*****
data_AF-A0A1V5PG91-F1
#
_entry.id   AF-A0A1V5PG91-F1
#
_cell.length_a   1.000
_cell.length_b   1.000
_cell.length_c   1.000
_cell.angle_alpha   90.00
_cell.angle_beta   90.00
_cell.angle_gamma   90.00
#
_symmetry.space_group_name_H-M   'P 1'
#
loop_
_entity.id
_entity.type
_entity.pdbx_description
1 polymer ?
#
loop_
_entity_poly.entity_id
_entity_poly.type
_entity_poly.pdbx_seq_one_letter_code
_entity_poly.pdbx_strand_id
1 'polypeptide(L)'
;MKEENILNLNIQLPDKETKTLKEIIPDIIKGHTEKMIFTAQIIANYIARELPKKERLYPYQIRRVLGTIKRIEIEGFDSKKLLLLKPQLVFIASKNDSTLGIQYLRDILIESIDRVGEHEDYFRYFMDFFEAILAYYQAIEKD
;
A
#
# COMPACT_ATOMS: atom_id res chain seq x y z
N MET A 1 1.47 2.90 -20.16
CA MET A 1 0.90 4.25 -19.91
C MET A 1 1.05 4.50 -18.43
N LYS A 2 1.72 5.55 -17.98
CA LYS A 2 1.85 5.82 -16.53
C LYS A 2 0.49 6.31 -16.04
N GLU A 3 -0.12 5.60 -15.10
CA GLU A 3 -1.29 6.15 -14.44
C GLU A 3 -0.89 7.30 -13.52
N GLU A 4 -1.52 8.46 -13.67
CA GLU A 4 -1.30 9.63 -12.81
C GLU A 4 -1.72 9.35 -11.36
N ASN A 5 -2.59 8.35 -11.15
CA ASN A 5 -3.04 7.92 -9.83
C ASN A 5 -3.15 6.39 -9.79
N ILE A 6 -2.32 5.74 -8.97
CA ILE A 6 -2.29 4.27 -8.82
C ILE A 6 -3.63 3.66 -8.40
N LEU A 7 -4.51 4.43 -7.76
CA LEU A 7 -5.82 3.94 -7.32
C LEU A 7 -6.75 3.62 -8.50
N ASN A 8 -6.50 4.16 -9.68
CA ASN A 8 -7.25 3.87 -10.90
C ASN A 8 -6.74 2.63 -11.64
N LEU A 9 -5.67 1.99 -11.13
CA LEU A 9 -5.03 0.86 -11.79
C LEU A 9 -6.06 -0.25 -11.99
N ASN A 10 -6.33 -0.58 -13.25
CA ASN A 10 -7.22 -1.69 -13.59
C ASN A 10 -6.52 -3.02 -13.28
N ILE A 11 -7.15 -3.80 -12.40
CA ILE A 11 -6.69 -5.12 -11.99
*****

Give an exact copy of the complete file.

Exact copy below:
data_AF-A0A1V5PG91-F1
#
_entry.id   AF-A0A1V5PG91-F1
#
_cell.length_a   1.000
_cell.length_b   1.000
_cell.length_c   1.000
_cell.angle_alpha   90.00
_cell.angle_beta   90.00
_cell.angle_gamma   90.00
#
_symmetry.space_group_name_H-M   'P 1'
#
loop_
_entity.id
_entity.type
_entity.pdbx_description
1 polymer ?
#
loop_
_entity_poly.entity_id
_entity_poly.type
_entity_poly.pdbx_seq_one_letter_code
_entity_poly.pdbx_strand_id
1 'polypeptide(L)'
;MKEENILNLNIQLPDKETKTLKEIIPDIIKGHTEKMIFTAQIIANYIARELPKKERLYPYQIRRVLGTIKRIEIEGFDSKKLLLLKPQLVFIASKNDSTLGIQYLRDILIESIDRVGEHEDYFRYFMDFFEAILAYYQAIEKD
;
A
#
# COMPACT_ATOMS: atom_id res chain seq x y z
N MET A 1 1.47 2.90 -20.16
CA MET A 1 0.90 4.25 -19.91
C MET A 1 1.05 4.50 -18.43
N LYS A 2 1.72 5.55 -17.98
CA LYS A 2 1.85 5.82 -16.53
C LYS A 2 0.49 6.31 -16.04
N GLU A 3 -0.12 5.60 -15.10
CA GLU A 3 -1.29 6.15 -14.44
C GLU A 3 -0.89 7.30 -13.52
N GLU A 4 -1.52 8.46 -13.67
CA GLU A 4 -1.30 9.63 -12.81
C GLU A 4 -1.72 9.35 -11.36
N ASN A 5 -2.59 8.35 -11.15
CA ASN A 5 -3.04 7.92 -9.83
C ASN A 5 -3.15 6.39 -9.79
N ILE A 6 -2.32 5.74 -8.97
CA ILE A 6 -2.29 4.27 -8.82
C ILE A 6 -3.63 3.66 -8.40
N LEU A 7 -4.51 4.43 -7.76
CA LEU A 7 -5.82 3.94 -7.32
C LEU A 7 -6.75 3.62 -8.50
N ASN A 8 -6.50 4.16 -9.68
CA ASN A 8 -7.25 3.87 -10.90
C ASN A 8 -6.74 2.63 -11.64
N LEU A 9 -5.67 1.99 -11.13
CA LEU A 9 -5.03 0.86 -11.79
C LEU A 9 -6.06 -0.25 -11.99
N ASN A 10 -6.33 -0.58 -13.25
CA ASN A 10 -7.22 -1.69 -13.59
C ASN A 10 -6.52 -3.02 -13.28
N ILE A 11 -7.15 -3.80 -12.40
CA ILE A 11 -6.69 -5.12 -11.99